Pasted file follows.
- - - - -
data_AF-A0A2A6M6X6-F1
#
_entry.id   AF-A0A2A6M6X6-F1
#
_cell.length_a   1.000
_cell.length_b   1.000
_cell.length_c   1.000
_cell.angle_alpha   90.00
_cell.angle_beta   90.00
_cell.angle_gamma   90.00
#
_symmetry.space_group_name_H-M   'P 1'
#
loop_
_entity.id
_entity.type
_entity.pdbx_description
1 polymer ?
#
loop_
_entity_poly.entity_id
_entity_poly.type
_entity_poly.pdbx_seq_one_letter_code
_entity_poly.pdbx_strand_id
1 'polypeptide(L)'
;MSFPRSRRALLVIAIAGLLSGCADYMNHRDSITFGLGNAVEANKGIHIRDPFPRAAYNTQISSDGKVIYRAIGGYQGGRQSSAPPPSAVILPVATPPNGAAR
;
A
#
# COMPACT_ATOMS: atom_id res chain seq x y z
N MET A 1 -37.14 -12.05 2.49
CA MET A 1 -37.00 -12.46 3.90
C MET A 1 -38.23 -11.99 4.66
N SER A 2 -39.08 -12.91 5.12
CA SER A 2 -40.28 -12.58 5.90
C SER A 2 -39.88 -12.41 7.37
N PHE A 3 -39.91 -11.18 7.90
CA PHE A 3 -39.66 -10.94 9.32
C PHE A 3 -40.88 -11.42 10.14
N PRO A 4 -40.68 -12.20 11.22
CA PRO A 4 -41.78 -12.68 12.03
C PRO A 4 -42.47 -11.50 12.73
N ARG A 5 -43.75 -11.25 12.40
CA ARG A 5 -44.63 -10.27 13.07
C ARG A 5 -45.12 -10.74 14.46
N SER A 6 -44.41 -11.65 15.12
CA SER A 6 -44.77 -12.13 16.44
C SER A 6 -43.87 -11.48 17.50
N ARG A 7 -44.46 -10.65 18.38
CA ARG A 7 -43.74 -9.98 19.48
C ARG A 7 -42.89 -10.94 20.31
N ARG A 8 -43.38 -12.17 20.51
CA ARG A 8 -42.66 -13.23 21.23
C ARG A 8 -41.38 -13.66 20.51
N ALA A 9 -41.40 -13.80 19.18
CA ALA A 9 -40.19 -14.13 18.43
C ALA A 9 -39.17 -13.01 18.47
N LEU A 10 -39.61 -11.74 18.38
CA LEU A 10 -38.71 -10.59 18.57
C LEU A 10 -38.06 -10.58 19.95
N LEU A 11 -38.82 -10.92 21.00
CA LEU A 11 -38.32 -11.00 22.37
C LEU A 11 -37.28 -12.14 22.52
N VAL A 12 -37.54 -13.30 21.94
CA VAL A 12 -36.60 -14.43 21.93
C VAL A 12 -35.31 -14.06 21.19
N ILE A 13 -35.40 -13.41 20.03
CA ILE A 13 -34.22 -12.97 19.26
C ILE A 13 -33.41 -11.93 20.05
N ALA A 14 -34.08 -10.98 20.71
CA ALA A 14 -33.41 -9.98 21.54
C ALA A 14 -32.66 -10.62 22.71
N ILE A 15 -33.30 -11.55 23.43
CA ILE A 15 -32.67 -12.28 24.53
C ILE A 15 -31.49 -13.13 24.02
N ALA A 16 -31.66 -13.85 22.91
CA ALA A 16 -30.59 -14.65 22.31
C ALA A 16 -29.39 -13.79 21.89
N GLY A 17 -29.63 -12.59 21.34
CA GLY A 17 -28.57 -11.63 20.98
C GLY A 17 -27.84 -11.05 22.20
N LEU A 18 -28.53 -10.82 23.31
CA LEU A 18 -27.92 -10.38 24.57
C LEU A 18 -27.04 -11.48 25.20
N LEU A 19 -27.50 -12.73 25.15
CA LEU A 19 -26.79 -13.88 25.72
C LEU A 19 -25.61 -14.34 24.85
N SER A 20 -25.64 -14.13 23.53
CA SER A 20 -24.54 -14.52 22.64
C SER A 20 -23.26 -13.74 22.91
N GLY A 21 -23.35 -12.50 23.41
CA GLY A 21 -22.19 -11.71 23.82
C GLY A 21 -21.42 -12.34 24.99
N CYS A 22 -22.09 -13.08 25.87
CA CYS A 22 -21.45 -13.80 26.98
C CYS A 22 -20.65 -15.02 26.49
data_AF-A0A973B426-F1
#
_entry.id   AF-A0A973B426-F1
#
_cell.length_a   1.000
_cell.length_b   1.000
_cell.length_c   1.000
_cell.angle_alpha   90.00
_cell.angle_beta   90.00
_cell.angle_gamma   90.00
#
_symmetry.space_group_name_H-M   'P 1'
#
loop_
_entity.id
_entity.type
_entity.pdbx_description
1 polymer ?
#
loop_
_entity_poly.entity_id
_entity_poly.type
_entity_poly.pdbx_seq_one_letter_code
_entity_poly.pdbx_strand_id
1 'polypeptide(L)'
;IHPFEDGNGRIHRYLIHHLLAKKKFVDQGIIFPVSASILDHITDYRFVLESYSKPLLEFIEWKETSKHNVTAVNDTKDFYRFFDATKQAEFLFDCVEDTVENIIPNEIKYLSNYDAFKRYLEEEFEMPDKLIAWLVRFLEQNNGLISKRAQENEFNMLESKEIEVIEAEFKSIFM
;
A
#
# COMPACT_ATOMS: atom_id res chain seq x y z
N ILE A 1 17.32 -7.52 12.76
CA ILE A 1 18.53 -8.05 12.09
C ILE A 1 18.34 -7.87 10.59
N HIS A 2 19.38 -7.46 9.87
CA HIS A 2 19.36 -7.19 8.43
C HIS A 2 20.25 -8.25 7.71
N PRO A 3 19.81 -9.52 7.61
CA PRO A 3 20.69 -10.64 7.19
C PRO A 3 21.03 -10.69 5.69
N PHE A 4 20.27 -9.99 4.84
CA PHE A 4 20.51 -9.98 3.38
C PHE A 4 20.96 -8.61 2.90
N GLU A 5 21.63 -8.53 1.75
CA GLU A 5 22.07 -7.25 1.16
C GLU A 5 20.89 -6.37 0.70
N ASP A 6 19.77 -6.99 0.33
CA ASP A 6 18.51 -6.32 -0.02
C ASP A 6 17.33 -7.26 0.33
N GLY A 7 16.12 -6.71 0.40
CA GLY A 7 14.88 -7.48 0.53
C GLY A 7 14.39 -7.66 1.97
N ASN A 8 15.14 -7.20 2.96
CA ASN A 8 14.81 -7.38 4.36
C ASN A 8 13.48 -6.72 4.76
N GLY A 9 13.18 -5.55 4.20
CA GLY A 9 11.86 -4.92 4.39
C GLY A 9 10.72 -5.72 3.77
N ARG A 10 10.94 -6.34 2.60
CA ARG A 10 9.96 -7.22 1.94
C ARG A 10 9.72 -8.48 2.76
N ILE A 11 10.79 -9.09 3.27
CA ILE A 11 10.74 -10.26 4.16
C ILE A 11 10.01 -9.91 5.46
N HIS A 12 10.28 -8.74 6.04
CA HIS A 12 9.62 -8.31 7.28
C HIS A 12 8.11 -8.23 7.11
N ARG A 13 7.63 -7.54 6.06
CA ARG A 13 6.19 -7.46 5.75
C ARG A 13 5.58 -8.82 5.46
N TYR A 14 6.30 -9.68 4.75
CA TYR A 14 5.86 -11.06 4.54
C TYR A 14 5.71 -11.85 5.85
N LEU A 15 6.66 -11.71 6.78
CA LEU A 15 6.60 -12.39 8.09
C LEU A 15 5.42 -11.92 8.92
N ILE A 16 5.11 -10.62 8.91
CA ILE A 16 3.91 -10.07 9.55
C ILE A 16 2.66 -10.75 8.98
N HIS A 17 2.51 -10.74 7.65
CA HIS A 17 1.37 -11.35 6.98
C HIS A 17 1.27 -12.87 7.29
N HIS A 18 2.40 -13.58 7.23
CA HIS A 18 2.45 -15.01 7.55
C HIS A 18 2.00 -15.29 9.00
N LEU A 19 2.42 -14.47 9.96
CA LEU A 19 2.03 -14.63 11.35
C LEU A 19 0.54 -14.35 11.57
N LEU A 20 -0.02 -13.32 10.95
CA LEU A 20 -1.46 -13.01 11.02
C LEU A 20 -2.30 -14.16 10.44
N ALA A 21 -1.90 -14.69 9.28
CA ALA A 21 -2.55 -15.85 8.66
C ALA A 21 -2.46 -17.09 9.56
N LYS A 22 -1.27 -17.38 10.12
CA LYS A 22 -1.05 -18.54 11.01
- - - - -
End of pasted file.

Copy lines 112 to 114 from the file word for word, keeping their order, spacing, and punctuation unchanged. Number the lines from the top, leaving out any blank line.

_entity.type
_entity.pdbx_description
1 polymer ?